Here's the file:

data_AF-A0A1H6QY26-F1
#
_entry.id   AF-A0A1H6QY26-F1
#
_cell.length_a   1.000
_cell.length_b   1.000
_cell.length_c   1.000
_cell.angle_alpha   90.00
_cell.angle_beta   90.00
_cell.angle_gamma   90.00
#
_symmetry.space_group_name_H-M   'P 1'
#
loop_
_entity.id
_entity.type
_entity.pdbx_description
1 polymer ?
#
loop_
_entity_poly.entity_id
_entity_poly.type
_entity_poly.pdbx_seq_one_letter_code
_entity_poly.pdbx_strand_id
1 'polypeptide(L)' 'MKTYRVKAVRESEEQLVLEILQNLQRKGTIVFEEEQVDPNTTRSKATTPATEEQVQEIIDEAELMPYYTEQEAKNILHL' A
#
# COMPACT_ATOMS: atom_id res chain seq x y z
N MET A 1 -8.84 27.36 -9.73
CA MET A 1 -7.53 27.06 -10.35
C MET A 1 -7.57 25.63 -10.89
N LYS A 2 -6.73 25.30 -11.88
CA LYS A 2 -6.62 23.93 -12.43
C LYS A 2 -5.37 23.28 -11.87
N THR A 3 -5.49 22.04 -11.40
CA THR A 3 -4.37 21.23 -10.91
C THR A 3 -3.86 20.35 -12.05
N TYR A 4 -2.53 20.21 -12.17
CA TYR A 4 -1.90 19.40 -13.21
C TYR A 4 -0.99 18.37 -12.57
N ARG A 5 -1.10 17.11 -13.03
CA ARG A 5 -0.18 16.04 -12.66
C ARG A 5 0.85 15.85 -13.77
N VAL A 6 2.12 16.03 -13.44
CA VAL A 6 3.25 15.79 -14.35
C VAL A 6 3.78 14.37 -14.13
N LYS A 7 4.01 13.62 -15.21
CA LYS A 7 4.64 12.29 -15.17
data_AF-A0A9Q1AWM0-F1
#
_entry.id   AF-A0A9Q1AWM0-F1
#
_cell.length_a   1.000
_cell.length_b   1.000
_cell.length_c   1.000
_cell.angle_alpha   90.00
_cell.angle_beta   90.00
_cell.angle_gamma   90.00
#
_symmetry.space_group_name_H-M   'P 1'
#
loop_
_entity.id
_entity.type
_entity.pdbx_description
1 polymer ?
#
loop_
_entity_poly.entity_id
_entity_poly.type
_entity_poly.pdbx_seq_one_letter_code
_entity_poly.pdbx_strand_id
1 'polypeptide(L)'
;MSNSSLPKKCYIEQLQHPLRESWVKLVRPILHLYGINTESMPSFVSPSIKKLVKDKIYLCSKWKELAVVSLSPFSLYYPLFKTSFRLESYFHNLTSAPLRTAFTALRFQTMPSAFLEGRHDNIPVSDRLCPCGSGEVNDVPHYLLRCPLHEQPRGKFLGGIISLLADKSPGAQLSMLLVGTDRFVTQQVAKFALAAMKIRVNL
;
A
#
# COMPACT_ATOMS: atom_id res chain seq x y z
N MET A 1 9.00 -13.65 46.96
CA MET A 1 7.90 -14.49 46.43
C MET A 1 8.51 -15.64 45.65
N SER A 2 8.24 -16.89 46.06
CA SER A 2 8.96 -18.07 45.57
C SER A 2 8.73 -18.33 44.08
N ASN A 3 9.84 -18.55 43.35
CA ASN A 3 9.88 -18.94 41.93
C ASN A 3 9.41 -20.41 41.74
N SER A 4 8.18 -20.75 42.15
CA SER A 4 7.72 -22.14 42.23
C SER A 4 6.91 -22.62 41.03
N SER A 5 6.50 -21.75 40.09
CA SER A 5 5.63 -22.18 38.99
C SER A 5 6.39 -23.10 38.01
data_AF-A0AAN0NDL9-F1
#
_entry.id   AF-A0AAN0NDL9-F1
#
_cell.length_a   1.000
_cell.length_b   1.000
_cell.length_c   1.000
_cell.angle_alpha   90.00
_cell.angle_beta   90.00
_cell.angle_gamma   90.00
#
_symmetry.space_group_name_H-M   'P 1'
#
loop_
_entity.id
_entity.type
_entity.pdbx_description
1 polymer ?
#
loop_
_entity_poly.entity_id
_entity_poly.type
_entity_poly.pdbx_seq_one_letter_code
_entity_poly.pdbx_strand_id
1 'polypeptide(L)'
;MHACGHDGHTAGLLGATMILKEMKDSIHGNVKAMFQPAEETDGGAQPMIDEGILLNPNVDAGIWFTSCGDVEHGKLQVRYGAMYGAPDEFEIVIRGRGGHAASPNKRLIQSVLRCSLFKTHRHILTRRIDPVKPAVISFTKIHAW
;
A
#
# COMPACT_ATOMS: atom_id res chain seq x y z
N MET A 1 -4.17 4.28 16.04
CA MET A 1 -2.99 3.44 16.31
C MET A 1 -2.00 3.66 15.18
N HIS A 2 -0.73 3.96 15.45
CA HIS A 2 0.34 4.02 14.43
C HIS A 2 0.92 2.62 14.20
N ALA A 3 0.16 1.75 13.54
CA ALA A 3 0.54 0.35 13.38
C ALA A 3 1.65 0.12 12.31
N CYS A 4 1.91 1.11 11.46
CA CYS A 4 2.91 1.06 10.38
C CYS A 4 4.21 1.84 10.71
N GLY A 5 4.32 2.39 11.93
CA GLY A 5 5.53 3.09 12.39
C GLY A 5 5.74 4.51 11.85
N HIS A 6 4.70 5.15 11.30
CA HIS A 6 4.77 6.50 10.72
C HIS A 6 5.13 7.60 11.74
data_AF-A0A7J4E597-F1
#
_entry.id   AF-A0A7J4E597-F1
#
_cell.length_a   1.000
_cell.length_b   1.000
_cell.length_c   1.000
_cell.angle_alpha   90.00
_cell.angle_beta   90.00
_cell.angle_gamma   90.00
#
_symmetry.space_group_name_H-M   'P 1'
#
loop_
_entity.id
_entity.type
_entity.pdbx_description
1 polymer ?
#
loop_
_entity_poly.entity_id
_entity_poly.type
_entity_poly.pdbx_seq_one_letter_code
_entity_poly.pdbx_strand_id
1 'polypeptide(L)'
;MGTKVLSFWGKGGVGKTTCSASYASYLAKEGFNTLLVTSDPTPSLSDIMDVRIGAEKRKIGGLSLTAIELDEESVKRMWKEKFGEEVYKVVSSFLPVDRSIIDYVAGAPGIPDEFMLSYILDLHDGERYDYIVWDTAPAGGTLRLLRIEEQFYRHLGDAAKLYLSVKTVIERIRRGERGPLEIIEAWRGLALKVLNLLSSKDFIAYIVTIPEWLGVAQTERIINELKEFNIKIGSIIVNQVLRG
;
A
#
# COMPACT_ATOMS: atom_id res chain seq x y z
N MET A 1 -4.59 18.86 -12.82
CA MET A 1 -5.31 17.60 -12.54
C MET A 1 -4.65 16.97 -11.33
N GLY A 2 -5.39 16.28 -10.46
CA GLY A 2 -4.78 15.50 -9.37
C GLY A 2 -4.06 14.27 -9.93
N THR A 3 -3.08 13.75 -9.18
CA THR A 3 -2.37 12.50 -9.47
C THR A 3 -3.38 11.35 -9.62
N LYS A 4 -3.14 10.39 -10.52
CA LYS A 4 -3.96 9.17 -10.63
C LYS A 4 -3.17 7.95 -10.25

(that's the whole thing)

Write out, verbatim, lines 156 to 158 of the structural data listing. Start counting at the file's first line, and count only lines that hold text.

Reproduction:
_entity.type
_entity.pdbx_description
1 polymer ?